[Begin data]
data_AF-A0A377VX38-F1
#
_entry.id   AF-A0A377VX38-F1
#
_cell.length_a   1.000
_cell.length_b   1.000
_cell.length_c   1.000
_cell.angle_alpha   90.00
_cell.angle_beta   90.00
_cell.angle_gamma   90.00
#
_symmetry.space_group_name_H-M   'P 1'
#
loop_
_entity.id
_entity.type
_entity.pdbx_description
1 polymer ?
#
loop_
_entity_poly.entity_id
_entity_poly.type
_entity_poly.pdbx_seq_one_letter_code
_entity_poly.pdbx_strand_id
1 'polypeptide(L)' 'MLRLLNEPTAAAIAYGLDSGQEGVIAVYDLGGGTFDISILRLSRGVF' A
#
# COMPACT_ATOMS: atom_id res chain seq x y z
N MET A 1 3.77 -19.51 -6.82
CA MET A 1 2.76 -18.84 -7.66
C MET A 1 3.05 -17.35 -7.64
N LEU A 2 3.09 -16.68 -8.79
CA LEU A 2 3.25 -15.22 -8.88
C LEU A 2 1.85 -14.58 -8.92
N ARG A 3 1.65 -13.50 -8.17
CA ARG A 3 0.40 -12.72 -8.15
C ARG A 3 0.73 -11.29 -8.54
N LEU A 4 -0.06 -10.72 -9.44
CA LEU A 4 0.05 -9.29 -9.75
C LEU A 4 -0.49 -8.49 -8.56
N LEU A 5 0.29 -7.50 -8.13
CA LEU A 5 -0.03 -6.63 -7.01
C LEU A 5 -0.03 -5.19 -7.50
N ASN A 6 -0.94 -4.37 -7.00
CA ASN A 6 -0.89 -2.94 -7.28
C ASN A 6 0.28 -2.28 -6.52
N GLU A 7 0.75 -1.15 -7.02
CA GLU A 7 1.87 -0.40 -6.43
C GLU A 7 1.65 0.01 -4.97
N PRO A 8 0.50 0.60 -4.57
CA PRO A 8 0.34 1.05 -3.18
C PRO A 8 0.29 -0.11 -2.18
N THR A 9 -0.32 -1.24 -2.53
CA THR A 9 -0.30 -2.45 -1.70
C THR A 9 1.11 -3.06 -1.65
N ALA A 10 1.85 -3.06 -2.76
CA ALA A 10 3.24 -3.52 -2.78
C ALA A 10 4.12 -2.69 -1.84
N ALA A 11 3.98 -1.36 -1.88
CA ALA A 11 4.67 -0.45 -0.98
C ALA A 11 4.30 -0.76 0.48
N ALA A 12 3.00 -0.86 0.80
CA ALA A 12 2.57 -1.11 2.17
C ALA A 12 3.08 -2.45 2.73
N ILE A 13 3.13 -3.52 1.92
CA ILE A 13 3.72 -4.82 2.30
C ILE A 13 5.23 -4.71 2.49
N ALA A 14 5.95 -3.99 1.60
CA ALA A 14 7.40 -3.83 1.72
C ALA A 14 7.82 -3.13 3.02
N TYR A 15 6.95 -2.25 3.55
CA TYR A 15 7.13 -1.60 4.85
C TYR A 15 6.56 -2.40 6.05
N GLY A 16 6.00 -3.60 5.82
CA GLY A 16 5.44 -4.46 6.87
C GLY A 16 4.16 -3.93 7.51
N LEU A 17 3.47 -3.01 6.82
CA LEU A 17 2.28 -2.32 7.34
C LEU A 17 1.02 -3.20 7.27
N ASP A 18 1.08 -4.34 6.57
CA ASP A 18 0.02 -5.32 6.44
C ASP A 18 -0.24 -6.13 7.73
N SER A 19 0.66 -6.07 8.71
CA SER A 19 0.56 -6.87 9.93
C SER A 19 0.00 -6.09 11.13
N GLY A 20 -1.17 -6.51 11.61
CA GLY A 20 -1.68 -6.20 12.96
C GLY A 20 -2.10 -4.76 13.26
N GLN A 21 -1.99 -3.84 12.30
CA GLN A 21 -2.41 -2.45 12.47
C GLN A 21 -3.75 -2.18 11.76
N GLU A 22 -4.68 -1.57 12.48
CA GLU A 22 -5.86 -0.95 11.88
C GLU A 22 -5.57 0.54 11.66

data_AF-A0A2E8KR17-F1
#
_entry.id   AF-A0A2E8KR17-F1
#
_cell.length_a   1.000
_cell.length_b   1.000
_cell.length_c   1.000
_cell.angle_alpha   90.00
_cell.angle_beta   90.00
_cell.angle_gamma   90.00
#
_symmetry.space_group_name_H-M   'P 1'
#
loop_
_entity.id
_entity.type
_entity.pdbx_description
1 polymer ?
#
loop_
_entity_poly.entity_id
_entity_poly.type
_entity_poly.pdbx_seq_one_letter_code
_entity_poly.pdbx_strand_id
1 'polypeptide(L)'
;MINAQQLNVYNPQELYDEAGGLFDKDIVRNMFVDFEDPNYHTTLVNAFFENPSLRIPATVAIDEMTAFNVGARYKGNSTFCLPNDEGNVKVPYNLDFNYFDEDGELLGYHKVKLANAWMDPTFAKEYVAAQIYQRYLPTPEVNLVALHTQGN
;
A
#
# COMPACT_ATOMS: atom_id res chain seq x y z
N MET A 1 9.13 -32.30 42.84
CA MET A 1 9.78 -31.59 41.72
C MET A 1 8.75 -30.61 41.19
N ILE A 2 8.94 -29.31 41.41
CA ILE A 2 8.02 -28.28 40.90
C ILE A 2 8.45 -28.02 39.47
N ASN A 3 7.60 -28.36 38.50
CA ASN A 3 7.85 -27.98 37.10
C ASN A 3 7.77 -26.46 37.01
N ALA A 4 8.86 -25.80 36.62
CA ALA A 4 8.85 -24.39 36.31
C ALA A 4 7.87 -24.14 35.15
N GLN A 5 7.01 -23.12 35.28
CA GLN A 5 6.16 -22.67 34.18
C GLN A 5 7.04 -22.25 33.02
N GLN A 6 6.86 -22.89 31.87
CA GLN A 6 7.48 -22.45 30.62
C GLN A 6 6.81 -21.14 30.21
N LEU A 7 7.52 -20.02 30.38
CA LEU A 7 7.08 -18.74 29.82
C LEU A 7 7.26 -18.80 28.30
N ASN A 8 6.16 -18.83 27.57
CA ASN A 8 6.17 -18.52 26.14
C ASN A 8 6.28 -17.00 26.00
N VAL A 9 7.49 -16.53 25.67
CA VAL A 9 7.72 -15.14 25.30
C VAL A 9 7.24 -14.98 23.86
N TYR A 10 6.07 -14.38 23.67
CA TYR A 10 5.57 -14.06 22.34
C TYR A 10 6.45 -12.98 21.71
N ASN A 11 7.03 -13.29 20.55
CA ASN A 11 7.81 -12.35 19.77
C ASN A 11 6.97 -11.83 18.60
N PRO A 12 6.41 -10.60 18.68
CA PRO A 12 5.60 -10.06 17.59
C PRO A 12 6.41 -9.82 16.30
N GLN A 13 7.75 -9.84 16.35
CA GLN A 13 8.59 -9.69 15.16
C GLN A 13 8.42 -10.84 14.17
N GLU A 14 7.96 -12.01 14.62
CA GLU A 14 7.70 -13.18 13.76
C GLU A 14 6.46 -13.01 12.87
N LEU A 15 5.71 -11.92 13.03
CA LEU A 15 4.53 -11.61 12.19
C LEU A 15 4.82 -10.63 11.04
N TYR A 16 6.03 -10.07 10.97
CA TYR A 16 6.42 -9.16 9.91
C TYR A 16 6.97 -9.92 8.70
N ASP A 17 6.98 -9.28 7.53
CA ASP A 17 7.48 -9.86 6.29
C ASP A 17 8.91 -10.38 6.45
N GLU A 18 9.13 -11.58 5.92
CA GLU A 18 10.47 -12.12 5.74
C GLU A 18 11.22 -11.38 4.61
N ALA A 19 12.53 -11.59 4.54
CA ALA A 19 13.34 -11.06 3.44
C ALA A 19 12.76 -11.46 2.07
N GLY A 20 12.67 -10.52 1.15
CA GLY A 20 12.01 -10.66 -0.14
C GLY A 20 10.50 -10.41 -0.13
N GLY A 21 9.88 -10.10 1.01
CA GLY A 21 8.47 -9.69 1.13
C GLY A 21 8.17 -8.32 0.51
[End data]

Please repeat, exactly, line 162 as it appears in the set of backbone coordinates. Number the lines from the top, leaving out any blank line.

C GLN A 13 8.42 -10.84 14.17